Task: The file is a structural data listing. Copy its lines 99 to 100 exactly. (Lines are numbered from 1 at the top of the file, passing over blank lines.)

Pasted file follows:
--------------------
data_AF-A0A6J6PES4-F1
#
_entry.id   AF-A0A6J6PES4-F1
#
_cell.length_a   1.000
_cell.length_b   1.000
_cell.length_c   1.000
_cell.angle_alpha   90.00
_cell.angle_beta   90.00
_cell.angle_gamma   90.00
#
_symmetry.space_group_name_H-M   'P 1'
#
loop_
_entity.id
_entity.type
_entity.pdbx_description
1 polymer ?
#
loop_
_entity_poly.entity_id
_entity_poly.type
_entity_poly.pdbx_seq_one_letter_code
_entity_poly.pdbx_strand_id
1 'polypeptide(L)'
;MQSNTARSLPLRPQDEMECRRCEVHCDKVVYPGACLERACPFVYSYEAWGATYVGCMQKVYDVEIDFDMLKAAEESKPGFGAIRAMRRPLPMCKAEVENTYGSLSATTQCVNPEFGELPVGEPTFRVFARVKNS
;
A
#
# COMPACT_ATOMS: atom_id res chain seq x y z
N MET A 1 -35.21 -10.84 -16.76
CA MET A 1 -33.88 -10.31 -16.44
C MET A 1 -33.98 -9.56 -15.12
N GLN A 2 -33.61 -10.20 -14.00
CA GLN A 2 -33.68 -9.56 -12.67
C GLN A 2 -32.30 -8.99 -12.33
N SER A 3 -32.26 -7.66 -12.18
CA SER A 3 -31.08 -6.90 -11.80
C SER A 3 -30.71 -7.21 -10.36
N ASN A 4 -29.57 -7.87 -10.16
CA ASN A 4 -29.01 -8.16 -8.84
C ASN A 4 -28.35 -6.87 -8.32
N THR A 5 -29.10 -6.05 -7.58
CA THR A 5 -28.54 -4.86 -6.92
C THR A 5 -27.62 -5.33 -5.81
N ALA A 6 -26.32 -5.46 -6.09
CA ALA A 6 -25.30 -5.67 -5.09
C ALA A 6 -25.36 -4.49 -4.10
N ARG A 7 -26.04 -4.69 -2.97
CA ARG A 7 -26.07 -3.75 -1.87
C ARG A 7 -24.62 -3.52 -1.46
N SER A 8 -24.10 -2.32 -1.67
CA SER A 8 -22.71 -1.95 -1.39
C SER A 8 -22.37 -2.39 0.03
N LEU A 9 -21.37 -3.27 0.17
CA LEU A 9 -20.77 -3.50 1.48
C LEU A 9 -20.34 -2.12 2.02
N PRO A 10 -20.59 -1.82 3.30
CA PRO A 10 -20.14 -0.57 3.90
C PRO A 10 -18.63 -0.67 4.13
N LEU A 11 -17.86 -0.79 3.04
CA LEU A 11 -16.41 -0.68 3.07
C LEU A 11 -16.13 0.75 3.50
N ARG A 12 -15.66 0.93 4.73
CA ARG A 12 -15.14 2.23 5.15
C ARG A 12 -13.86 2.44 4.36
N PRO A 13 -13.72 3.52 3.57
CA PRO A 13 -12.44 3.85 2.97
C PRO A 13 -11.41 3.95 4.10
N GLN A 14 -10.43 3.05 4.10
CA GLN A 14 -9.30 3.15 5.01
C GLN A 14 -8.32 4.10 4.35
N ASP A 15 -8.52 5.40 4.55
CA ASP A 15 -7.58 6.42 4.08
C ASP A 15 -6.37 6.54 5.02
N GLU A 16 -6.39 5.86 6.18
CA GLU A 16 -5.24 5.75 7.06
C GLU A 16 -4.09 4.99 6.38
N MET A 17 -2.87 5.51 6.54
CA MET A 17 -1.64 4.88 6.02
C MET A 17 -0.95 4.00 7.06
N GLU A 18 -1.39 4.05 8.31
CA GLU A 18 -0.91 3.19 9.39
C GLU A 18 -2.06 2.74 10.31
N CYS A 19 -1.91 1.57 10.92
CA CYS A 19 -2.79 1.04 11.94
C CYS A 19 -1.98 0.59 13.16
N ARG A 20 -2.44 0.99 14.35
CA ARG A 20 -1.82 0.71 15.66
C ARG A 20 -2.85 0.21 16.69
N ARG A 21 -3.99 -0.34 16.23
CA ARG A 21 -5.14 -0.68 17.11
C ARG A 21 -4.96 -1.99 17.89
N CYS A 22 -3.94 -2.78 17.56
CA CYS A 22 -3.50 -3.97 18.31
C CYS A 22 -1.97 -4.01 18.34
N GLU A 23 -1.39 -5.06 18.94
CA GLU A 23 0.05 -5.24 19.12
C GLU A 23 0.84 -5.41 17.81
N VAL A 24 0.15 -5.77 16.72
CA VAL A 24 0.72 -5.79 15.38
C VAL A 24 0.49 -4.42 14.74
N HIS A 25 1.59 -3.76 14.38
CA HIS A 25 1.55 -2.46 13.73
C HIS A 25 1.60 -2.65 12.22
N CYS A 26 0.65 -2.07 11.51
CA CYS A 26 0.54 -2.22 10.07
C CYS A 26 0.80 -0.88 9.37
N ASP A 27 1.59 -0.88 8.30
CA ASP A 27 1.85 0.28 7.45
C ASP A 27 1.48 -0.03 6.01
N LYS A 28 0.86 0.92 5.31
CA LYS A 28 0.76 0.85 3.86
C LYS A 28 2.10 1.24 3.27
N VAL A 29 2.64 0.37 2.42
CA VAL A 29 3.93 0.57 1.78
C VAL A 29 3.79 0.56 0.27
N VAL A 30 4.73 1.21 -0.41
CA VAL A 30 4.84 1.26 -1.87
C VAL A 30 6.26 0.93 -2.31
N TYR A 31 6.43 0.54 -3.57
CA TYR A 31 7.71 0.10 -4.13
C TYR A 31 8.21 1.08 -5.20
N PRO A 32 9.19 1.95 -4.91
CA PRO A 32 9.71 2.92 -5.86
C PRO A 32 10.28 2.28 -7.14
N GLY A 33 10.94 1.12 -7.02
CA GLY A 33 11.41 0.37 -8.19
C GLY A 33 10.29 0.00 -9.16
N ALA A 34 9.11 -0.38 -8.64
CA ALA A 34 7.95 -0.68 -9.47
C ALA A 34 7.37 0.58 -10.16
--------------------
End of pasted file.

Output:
C GLU A 23 0.84 -5.41 17.81
N VAL A 24 0.15 -5.77 16.72